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A novel method to synthesize high purity, nanostructured copper

Description: Nanostructured high purity (99.999%) copper foils, 10 cm in diameter and 22-25 microns thick were produced using nanoscale multilayer technology. The foils were produced using five different layer thicknesses ranging from 1.25 to 43.6 nm (18,000 to 520 layers). This process delivers the ability to produce multiple large-scale samples during a single deposition run with very small residual stresses. Tensile and indentation tests demonstrate that the material produced is a high strength copper ({sigma}{sub y} {approx} 540-690 MPa).
Date: August 30, 2005
Creator: Hodge, A M; Wang, Y M & Barbee, T W
Partner: UNT Libraries Government Documents Department

Accuracy evaluation of residual stress measurements

Description: The accuracy of residual stress measurement techniques is difficult to assess due to the lack of available reference standards. To satisfy the need for reference standards, two specimens were designed and developed to provide known stress magnitudes and distributions: one with a uniform stress distribution and one with a nonuniform linear stress distribution. A reusable, portable load fixture was developed for use with each of the two specimens. Extensive bench testing was performed to determine if the specimens provide desired known stress magnitudes and distributions and stability of the known stress with time. The testing indicated that the nonuniform linear specimen and load fixture provided the desired known stress magnitude and distribution but that modifications were required for the uniform stress specimen. A trial use of the specimens and load fixtures using hole drilling was successful.
Date: May 1, 1996
Creator: Yerman, J.A.; Kroenke, W.C. & Long, W.H.
Partner: UNT Libraries Government Documents Department

Experimental measurement and numerical simulation of residual stresses in a carburized layer of a 5120 steel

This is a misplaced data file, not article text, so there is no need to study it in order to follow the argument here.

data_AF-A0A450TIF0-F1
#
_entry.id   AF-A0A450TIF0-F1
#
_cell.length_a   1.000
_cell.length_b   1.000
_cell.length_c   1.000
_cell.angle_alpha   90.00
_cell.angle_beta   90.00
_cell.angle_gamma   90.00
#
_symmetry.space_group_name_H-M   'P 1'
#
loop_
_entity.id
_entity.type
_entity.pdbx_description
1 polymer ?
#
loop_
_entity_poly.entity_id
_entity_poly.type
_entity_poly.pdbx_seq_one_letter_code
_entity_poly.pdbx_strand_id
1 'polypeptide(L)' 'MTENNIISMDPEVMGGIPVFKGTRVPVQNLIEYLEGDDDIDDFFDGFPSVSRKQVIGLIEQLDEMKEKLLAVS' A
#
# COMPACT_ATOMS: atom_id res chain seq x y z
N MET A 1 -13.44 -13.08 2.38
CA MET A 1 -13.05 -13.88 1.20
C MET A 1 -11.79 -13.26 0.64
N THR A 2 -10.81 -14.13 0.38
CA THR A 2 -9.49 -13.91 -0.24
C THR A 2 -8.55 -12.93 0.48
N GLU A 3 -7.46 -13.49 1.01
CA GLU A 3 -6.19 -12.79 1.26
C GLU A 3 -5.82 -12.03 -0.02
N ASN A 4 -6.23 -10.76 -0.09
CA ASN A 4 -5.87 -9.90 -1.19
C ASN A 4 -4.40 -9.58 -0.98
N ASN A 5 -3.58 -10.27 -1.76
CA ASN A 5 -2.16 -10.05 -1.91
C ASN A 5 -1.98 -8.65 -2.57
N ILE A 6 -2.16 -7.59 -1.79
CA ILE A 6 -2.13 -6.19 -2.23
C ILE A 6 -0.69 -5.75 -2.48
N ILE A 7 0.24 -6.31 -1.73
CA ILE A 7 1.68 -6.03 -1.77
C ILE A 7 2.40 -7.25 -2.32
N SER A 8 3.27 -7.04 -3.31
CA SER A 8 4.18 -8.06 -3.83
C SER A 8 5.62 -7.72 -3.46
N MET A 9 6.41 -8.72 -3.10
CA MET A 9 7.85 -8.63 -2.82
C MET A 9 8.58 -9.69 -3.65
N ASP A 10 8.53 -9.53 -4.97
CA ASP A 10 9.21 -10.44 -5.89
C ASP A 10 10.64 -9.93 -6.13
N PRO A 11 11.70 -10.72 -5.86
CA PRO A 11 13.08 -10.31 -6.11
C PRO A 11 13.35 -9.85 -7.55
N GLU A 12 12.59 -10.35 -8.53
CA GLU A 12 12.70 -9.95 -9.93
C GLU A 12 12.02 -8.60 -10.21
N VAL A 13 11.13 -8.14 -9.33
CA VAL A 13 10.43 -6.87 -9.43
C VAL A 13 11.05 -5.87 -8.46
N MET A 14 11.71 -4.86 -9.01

Description: A combined experimental and numerical study of residual stress and microstructure has been performed for a carburized steel 5120 specimen. Specimens were cut from 5120 steel bar stock, in the shape of hockey pucks and were subsequently carburized and quenched. X-ray diffraction was used to record stress profiles through the case for the martensite and retained austenite on the two flat surfaces oriented up and down during the quench. Layer removal was performed by electropolishing. Rietveld analysis was used to determine the lattice parameters of the phases at each depth varying with both carbon content and stress. The experimental measurements are compared with a numerical simulation of the phase transformation and the metallurgical changes following the carburization and quench. Results am discussed in the context of the microstructure and the role played by the retained austenite in interpretation. In addition the carbon profile obtained from the lattice parameters is compared with profiles measured using burnout.
Date: September 1, 1995
Creator: Rangaswamy, P.; Bourke, M.A.M.; Shipley, J.C. & Goldstone, J.A.
Partner: UNT Libraries Government Documents Department

X-ray diffraction characterization of suspended structures for MEMS applications

Description: Mechanical stress control is becoming one of the major challenges for the future of micro and nanotechnologies. Micro scanning X-ray diffraction is one of the promising techniques that allows stress characterization in such complex structures at sub micron scales. Two types of MEMS structure have been studied: a bilayer cantilever composed of a gold film deposited on poly-silicon and a boron doped silicon bridge. X-ray diffraction results are discussed in view of numerical simulation experiments.
Date: September 15, 2005
Creator: Goudeau, P.; Tamura, N.; Lavelle, B.; Rigo, S.; Masri, T.; Bosseboeuf, A. et al.
Partner: UNT Libraries Government Documents Department

Joining of Beryllium